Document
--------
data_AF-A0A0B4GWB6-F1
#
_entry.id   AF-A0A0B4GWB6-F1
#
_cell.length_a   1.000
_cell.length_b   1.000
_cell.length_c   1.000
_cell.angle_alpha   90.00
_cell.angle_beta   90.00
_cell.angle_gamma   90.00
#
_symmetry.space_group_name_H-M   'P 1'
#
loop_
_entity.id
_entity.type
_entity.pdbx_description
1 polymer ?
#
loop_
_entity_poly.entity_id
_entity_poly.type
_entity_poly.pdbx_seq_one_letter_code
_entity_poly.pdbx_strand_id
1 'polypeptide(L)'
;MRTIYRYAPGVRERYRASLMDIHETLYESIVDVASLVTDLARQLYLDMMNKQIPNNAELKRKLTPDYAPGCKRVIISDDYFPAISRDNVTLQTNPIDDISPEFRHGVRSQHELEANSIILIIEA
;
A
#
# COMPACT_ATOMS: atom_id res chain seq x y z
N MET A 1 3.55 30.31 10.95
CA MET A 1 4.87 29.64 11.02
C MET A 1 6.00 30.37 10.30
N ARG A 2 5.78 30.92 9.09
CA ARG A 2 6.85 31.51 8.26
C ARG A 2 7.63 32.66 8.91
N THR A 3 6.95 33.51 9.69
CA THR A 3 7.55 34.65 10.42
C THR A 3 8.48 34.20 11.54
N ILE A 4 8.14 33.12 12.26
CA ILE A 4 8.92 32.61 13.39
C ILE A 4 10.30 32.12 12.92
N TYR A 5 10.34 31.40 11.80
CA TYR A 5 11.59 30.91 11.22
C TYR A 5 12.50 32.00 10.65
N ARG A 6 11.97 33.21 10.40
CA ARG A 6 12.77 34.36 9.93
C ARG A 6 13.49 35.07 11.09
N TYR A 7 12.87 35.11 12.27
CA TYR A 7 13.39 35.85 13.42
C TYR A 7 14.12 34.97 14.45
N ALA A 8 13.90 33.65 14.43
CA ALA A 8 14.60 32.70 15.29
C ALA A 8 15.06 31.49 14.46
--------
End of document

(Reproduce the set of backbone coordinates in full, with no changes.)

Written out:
data_AF-A0A0B4GWB6-F1
#
_entry.id   AF-A0A0B4GWB6-F1
#
_cell.length_a   1.000
_cell.length_b   1.000
_cell.length_c   1.000
_cell.angle_alpha   90.00
_cell.angle_beta   90.00
_cell.angle_gamma   90.00
#
_symmetry.space_group_name_H-M   'P 1'
#
loop_
_entity.id
_entity.type
_entity.pdbx_description
1 polymer ?
#
loop_
_entity_poly.entity_id
_entity_poly.type
_entity_poly.pdbx_seq_one_letter_code
_entity_poly.pdbx_strand_id
1 'polypeptide(L)'
;MRTIYRYAPGVRERYRASLMDIHETLYESIVDVASLVTDLARQLYLDMMNKQIPNNAELKRKLTPDYAPGCKRVIISDDYFPAISRDNVTLQTNPIDDISPEFRHGVRSQHELEANSIILIIEA
;
A
#
# COMPACT_ATOMS: atom_id res chain seq x y z
N MET A 1 3.55 30.31 10.95
CA MET A 1 4.87 29.64 11.02
C MET A 1 6.00 30.37 10.30
N ARG A 2 5.78 30.92 9.09
CA ARG A 2 6.85 31.51 8.26
C ARG A 2 7.63 32.66 8.91
N THR A 3 6.95 33.51 9.69
CA THR A 3 7.55 34.65 10.42
C THR A 3 8.48 34.20 11.54
N ILE A 4 8.14 33.12 12.26
CA ILE A 4 8.92 32.61 13.39
C ILE A 4 10.30 32.12 12.92
N TYR A 5 10.34 31.40 11.80
CA TYR A 5 11.59 30.91 11.22
C TYR A 5 12.50 32.00 10.65
N ARG A 6 11.97 33.21 10.40
CA ARG A 6 12.77 34.36 9.93
C ARG A 6 13.49 35.07 11.09
N TYR A 7 12.87 35.11 12.27
CA TYR A 7 13.39 35.85 13.42
C TYR A 7 14.12 34.97 14.45
N ALA A 8 13.90 33.65 14.43
CA ALA A 8 14.60 32.70 15.29
C ALA A 8 15.06 31.49 14.46